Sunday, November 3, 2019

NaNoWriMo Day #3 what I learned in Day 2 Whose Story is this?

Help. My POV is all over the map.

'Point of View' is a critical element of keeping your story tight, relevant and readable. 

Your POV character is the heart of your story. We want our readers to identify with our POV character. Right?

My story is progressing well. I’m at 9493 words at the end of Day2. I’m up at 7am and ready to get writing.

 Sounds good. But my thinker is telling me there is a problem.

The problem on Day 3. 

So far, my story has evolved with three main points of view and three secondary ones. The story isn’t about the character I’d thought would be my protagonist. Uncle Lem (the original protagonist) isn't getting a word in edge-ways.

It’s not that I’m writing in omniscient POV. It’s that the characters keep showing up, sitting in a chair in front of me, and telling the story as they see it. 

 It’s like a police parade of interviewing witnesses.

I know that this first draft is simply telling the story to myself. And that much will need ‘fixing’ when I’m finished this and get to draft #2.

But this parade of people is crazy. Or is it? 

The solution.

The good part is that each character has great information and all I have to do is record it.

 Maybe my brain is revealing a new way for me to write a first draft. 

What will happen if I work with it as it is? What if I do let each character tell me what they think is going on? After all, this first draft is not carved in stone.

First drafts are meant to be fluid, malleable, and re-written. It’s important to remember that. 

My decision. 
I need to go with the flow and let the characters and story come out no matter what.

 This is not the time to get all ‘author-y’ and try to pound the story into the mold I originally had in mind.

However, if things continue the way they started, I’m going to need a new title. Uncle Lem Fakes a Wife is not going to work if Uncle Lem isn’t even in the bloody book.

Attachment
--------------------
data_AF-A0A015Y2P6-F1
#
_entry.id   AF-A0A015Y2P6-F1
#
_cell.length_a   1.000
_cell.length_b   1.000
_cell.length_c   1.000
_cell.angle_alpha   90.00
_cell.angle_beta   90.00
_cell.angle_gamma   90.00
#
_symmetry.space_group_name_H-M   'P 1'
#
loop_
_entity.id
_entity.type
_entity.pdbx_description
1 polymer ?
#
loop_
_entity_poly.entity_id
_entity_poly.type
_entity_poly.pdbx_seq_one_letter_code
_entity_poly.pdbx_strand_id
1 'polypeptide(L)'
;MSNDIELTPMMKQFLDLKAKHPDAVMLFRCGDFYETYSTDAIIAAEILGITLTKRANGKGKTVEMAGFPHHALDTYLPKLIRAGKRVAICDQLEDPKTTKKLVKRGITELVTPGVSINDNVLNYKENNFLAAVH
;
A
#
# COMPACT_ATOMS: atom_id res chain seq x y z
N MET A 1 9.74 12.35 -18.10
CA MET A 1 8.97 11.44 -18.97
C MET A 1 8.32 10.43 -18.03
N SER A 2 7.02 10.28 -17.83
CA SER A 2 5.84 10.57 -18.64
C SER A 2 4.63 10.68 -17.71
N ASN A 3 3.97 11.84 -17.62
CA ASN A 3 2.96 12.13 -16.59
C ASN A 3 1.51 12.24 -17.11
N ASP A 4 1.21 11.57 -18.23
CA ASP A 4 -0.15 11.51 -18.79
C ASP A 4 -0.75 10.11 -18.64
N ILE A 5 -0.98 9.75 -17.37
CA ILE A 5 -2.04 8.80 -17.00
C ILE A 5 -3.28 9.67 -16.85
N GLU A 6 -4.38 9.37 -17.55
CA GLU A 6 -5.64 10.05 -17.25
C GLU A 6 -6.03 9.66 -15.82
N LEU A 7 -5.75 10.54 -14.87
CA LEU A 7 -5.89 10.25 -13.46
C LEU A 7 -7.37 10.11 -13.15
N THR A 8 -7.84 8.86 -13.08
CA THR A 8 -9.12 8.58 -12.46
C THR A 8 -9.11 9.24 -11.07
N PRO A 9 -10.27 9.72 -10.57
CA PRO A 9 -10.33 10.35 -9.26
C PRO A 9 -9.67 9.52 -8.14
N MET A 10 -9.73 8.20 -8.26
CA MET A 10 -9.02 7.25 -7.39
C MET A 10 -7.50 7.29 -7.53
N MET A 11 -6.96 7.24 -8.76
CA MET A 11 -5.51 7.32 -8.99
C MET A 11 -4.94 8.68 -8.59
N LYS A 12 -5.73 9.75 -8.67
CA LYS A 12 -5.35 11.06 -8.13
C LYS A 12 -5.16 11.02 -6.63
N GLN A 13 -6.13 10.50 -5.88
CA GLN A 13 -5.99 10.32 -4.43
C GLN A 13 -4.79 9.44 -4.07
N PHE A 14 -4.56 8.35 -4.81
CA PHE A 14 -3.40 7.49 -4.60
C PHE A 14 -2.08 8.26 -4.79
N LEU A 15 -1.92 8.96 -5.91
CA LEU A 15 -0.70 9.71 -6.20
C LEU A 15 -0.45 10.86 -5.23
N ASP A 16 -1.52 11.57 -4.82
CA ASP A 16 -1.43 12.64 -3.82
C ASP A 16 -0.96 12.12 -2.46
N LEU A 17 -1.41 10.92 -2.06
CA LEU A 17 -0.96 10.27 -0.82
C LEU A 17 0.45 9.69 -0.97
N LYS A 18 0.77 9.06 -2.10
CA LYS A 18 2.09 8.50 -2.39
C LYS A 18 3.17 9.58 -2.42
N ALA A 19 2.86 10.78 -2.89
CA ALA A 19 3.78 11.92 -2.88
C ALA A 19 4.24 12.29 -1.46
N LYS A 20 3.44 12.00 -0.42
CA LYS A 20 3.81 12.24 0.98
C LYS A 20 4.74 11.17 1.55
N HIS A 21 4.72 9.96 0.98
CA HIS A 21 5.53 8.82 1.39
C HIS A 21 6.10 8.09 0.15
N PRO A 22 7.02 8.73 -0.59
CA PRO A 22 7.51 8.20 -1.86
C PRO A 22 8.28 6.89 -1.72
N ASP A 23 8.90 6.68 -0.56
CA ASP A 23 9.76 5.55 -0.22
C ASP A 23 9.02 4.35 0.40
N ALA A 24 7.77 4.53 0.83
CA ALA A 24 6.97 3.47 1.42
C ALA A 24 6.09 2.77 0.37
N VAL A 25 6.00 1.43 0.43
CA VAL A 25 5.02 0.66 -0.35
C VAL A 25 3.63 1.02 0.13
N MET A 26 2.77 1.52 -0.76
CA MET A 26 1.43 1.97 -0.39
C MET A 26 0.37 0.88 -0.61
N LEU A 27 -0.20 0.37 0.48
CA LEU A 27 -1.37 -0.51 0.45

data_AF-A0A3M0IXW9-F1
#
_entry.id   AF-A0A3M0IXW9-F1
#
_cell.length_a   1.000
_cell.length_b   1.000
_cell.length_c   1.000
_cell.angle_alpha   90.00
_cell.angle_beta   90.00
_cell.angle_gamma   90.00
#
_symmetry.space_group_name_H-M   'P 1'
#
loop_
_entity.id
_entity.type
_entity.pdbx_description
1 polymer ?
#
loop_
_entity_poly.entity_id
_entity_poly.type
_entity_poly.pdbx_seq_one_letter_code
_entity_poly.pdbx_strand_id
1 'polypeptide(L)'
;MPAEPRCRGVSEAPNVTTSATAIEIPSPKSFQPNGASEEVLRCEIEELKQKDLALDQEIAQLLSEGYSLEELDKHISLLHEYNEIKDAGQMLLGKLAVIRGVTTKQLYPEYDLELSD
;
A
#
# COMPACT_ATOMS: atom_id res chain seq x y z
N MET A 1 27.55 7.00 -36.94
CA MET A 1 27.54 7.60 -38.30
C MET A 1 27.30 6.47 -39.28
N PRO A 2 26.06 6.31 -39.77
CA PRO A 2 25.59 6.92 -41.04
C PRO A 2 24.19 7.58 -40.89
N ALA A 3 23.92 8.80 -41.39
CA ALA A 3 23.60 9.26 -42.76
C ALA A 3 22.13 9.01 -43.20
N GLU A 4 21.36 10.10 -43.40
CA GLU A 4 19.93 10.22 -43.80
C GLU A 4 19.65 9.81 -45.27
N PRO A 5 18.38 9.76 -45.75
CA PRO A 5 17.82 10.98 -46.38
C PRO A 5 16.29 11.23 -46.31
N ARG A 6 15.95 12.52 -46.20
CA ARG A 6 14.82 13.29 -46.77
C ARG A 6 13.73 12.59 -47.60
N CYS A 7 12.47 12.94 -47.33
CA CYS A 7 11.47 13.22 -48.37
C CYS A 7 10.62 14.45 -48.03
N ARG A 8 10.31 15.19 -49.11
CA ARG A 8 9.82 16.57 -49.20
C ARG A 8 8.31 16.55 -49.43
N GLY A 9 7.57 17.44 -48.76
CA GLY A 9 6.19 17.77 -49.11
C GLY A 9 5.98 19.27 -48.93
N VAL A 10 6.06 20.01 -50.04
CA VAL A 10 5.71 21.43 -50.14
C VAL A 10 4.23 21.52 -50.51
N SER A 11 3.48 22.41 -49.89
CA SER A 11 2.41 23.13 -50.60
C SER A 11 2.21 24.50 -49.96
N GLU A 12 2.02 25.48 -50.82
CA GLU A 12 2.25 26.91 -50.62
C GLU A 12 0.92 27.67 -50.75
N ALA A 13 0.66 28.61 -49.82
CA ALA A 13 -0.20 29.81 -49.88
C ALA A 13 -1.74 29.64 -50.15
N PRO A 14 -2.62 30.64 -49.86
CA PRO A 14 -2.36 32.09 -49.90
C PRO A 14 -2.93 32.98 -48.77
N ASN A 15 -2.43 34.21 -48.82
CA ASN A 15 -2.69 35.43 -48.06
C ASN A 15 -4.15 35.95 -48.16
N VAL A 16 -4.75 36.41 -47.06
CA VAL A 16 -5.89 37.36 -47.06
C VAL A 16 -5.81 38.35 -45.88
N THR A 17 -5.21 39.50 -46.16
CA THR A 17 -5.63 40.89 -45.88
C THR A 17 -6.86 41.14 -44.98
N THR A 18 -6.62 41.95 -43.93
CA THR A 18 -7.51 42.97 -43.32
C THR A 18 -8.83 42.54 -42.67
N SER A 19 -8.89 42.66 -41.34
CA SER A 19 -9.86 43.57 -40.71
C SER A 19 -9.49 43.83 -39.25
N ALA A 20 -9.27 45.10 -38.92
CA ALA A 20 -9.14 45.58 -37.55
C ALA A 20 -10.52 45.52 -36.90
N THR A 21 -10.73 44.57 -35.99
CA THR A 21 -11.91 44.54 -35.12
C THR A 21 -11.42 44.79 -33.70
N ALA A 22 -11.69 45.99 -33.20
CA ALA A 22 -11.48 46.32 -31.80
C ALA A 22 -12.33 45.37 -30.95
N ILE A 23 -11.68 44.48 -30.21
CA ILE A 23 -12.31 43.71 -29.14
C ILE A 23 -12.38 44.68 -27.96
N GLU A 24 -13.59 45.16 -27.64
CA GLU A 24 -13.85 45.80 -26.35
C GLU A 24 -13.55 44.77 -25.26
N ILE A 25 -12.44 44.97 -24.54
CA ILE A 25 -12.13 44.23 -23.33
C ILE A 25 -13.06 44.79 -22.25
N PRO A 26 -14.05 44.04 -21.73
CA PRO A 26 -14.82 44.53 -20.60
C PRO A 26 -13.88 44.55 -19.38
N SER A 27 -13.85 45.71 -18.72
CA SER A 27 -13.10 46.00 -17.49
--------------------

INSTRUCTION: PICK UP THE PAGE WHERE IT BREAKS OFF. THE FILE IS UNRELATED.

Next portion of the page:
Okay folks, I am going with the solution. I’m off to interview my cast of characters.
Happy writing, fellow NaNo-ers.

NaNoWriMo Day 2. Can I keep the pace?

What’s the dream here?

Why are thousands of writers crazy enough to try for 50,000 words in one story, in one month?

Day 1 – I managed over 4,300 words. Not all great words, but words that get the story onto the page. And that’s the goal — get the words down.

I started on page one to actually write the book. But I had a plan.
Later that night, I realized that if I managed a bit more, 5,000 words, and did it every day, I’d have a 50,000-word draft in 10 days.

T.E.N. Days.

If I took all the stories in my head and my files, I could create multiple drafts by the end of this year. Well, about five or six.

Why not?

My thinker is screaming at me.

YOU know why not. You’d drain your creative well. You’d burn out. You might never finish any of them. You can’t keep that pace. You are nuts! Or you would drive yourself nuts.

My stubborn side says. 

Shut up thinker. Don’t tell me I can’t do it! You’re not the boss of me. But wait a sec. I’m stubborn. I tend to do what people tell me I can’t or shouldn’t do. So, if the thinker says no, no, no. Maybe the writer in me will flip it a bird at it and say yes, yes yes.

Even if I took my ideas and assigned one to each month of the year and wrote a draft in the first 10 days of the month. I’d have 12 books ready for re-writing at then end of a year.

Or wrote a draft every second month and edited in the months between. Wow!

It makes me wonder why I don’t turn out more books!

The answer to that question is 'reality'.  
I have a life. I like runaway weekends with my husband. I like to fly off to visit the grandchildren. I like diving into the Internet and learning (useless or useful) things. I like to hang out with the people in my writer’s group and my friends.

To produce at the rate of 50,000 every second month I’d have to become almost a hermit. Wouldn’t I?

But what an adventure to give it a try. To see what I can do when pushed.

Perhaps this is why people join NaNoWriMo.

To see what they are capable of.

Hitting that 50,000 words is a rush! A confirmation that we’re writers. We work with words and stories. We can write! Even if we can only make time that one month a year to really produce a story in one go.
 Or maybe it’s the hum of creative energy created around the world by so many people writing. The feeling of belonging to a community linked to buddies who encourage you. People you cheer on to their goal.

I feel empowered to write. I feel extra friendly with my buddies. I am on top of my writing world.

Are you in NaNoRiMo — officially or off-the-record?
How many words will you write on one story this month?
Whatever you write. Good on ya!
Race for the target!